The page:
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How the Future of War (and Flying) Could Be Swarms of 3D-Printed Drones

The idea, which FitzGerald outlines in “Process Over Platforms A Paradigm Shift in Acquisition Through Advanced Manufacturing,” breaks down like this: instead of building large, expensive manned aircraft in tiny numbers (the military purchased just 187 F-22s, for $174.5 million a pop) the military could—in theory—build thousands of customized drones out of 3-D printed parts, using robotic assembly lines that run 24 hours a day. Then, writes FitzGerald and his co-author, Dr. Aaron Martin, Director of Strategic Planning at Northrop Grumman (which lost the contract for the F-22 to Lockheed in 1991), the military could deploy the 3-D printed drones in complex, infinitely configurable and no doubt terrifying swarms controlled by “digital pilots.”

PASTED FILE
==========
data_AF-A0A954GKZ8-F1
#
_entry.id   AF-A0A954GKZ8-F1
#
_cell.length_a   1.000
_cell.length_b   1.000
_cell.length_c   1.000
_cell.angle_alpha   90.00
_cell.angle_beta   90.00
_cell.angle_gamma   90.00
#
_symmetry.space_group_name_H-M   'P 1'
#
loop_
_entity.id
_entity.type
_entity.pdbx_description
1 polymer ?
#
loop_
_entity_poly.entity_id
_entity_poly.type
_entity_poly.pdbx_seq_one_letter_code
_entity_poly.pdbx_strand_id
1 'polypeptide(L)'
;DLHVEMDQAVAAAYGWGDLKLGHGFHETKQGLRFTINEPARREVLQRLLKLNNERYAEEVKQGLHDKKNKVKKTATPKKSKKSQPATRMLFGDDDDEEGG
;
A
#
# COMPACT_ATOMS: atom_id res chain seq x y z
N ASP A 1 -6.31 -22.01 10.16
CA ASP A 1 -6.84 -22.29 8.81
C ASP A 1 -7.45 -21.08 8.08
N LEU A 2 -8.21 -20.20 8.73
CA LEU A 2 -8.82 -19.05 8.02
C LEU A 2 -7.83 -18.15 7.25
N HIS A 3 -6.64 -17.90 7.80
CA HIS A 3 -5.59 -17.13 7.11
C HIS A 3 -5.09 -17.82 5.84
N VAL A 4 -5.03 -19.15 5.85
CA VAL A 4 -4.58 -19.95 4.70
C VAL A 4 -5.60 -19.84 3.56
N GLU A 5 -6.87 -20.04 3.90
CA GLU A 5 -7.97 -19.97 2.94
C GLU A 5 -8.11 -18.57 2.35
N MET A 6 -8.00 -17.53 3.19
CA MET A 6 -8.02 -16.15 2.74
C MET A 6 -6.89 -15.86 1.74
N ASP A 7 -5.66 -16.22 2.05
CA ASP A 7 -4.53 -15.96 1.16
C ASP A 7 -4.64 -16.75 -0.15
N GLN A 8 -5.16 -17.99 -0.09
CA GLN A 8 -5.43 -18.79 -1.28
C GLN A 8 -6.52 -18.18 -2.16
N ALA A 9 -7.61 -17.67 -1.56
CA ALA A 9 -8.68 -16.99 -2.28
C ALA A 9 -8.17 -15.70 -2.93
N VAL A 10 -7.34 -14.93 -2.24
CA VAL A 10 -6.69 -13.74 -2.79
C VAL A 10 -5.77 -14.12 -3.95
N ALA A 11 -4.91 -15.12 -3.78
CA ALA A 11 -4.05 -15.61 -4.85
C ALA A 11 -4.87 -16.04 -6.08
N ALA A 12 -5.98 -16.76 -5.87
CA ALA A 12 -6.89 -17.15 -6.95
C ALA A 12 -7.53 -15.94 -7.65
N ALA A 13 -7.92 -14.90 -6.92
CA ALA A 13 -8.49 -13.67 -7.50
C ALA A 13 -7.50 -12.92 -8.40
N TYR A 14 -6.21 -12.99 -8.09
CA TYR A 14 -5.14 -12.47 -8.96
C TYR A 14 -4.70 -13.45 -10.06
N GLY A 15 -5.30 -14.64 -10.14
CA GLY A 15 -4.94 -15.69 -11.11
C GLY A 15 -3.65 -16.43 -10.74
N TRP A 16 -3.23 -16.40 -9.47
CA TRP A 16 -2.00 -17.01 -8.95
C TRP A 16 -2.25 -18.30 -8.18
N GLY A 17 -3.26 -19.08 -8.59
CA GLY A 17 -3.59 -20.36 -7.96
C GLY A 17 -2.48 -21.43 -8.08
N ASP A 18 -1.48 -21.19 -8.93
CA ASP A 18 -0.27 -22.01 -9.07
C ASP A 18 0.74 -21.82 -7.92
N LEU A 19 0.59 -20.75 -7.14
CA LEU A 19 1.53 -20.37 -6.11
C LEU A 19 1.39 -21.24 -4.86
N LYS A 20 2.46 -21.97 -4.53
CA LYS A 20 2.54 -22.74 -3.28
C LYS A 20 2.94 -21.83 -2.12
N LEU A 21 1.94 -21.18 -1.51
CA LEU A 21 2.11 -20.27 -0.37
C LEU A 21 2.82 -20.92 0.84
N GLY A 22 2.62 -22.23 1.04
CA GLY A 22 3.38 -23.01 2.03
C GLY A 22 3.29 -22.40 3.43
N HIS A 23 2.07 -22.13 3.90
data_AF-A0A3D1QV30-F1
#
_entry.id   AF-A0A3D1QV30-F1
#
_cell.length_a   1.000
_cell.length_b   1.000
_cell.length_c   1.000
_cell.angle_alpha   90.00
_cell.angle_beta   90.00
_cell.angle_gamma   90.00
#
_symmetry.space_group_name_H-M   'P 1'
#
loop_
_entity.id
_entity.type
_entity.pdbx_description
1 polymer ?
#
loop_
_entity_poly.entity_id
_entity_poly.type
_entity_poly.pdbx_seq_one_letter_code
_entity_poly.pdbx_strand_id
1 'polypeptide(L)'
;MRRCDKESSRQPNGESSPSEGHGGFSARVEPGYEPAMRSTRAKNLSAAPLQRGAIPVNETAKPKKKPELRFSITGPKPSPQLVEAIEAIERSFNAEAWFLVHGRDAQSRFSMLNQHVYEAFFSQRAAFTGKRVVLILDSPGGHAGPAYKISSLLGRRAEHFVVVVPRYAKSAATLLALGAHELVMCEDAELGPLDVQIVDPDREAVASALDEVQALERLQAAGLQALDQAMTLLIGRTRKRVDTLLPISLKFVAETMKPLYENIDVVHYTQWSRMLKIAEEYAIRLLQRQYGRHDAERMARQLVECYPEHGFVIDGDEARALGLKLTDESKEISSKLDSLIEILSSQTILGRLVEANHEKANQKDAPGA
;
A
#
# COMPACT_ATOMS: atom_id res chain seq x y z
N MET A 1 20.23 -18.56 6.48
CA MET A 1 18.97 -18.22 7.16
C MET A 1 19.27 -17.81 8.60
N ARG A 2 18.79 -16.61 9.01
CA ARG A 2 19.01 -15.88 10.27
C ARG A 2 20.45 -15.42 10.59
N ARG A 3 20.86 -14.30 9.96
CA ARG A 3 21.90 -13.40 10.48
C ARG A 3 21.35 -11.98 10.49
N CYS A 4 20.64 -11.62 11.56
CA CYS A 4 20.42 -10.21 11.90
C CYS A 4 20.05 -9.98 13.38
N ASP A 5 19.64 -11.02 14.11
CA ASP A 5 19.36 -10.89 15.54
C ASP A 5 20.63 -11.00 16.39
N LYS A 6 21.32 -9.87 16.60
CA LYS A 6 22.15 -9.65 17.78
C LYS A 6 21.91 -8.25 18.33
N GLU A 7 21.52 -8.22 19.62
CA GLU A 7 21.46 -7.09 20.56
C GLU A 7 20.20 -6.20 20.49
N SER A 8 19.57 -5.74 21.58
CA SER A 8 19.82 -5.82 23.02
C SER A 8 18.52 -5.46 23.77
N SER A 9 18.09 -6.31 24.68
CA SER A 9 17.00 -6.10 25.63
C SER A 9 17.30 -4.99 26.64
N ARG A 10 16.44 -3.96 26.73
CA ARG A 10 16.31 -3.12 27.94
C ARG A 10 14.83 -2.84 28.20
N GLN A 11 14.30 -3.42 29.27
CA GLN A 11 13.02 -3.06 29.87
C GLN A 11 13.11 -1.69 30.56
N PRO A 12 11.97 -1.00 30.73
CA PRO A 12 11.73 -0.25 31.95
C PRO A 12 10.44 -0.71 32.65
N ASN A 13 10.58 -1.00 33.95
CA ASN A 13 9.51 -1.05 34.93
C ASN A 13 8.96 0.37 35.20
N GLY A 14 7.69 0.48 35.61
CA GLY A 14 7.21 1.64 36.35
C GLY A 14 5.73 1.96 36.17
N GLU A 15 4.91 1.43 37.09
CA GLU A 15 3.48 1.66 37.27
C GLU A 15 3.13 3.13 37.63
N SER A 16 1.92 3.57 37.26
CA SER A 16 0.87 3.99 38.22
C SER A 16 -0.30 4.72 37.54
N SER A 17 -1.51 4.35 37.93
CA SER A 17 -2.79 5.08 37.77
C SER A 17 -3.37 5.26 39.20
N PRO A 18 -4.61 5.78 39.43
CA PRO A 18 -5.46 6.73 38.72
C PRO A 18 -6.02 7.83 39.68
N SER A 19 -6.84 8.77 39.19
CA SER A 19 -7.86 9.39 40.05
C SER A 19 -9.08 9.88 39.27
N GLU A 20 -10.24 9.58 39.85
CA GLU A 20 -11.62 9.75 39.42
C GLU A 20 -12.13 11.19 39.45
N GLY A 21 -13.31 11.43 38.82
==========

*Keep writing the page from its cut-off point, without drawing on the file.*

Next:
How the Future of War (and Flying) Could Be Swarms of 3D-Printed Drones

The idea, which FitzGerald outlines in “Process Over Platforms A Paradigm Shift in Acquisition Through Advanced Manufacturing,” breaks down like this: instead of building large, expensive manned aircraft in tiny numbers (the military purchased just 187 F-22s, for $174.5 million a pop) the military could—in theory—build thousands of customized drones out of 3-D printed parts, using robotic assembly lines that run 24 hours a day. Then, writes FitzGerald and his co-author, Dr. Aaron Martin, Director of Strategic Planning at Northrop Grumman (which lost the contract for the F-22 to Lockheed in 1991), the military could deploy the 3-D printed drones in complex, infinitely configurable and no doubt terrifying swarms controlled by “digital pilots.”